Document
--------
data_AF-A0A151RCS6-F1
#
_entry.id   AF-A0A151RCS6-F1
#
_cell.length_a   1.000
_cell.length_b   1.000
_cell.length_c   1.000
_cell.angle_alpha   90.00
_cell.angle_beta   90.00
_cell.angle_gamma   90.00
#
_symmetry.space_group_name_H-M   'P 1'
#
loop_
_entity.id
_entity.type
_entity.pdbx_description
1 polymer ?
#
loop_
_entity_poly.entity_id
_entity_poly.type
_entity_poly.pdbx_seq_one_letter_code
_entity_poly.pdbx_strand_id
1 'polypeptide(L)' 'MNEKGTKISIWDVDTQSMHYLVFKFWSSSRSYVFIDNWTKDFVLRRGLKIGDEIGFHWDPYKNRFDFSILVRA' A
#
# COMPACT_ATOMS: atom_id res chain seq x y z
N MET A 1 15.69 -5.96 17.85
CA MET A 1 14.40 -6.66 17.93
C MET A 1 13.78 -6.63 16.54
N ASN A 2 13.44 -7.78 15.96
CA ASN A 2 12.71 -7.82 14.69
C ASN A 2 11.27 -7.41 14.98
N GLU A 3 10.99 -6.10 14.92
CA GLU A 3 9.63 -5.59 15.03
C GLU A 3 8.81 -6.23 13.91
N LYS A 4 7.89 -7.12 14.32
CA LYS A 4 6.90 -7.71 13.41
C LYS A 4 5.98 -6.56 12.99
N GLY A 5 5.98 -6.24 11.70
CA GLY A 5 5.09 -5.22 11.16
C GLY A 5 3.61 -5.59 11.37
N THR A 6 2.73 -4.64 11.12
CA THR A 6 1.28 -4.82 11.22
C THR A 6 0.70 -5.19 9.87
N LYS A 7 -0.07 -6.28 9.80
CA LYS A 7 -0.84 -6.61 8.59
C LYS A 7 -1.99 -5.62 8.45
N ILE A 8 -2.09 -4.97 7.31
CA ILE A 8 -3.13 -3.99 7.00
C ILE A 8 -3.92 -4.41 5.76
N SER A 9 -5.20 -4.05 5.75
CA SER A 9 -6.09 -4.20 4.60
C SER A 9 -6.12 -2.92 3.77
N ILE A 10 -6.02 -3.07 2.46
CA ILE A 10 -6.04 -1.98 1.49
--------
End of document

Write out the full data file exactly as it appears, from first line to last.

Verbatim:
data_AF-A0A151RCS6-F1
#
_entry.id   AF-A0A151RCS6-F1
#
_cell.length_a   1.000
_cell.length_b   1.000
_cell.length_c   1.000
_cell.angle_alpha   90.00
_cell.angle_beta   90.00
_cell.angle_gamma   90.00
#
_symmetry.space_group_name_H-M   'P 1'
#
loop_
_entity.id
_entity.type
_entity.pdbx_description
1 polymer ?
#
loop_
_entity_poly.entity_id
_entity_poly.type
_entity_poly.pdbx_seq_one_letter_code
_entity_poly.pdbx_strand_id
1 'polypeptide(L)' 'MNEKGTKISIWDVDTQSMHYLVFKFWSSSRSYVFIDNWTKDFVLRRGLKIGDEIGFHWDPYKNRFDFSILVRA' A
#
# COMPACT_ATOMS: atom_id res chain seq x y z
N MET A 1 15.69 -5.96 17.85
CA MET A 1 14.40 -6.66 17.93
C MET A 1 13.78 -6.63 16.54
N ASN A 2 13.44 -7.78 15.96
CA ASN A 2 12.71 -7.82 14.69
C ASN A 2 11.27 -7.41 14.98
N GLU A 3 10.99 -6.10 14.92
CA GLU A 3 9.63 -5.59 15.03
C GLU A 3 8.81 -6.23 13.91
N LYS A 4 7.89 -7.12 14.32
CA LYS A 4 6.90 -7.71 13.41
C LYS A 4 5.98 -6.56 12.99
N GLY A 5 5.98 -6.24 11.70
CA GLY A 5 5.09 -5.22 11.16
C GLY A 5 3.61 -5.59 11.37
N THR A 6 2.73 -4.64 11.12
CA THR A 6 1.28 -4.82 11.22
C THR A 6 0.70 -5.19 9.87
N LYS A 7 -0.07 -6.28 9.80
CA LYS A 7 -0.84 -6.61 8.59
C LYS A 7 -1.99 -5.62 8.45
N ILE A 8 -2.09 -4.97 7.31
CA ILE A 8 -3.13 -3.99 7.00
C ILE A 8 -3.92 -4.41 5.76
N SER A 9 -5.20 -4.05 5.75
CA SER A 9 -6.09 -4.20 4.60
C SER A 9 -6.12 -2.92 3.77
N ILE A 10 -6.02 -3.07 2.46
CA ILE A 10 -6.04 -1.98 1.49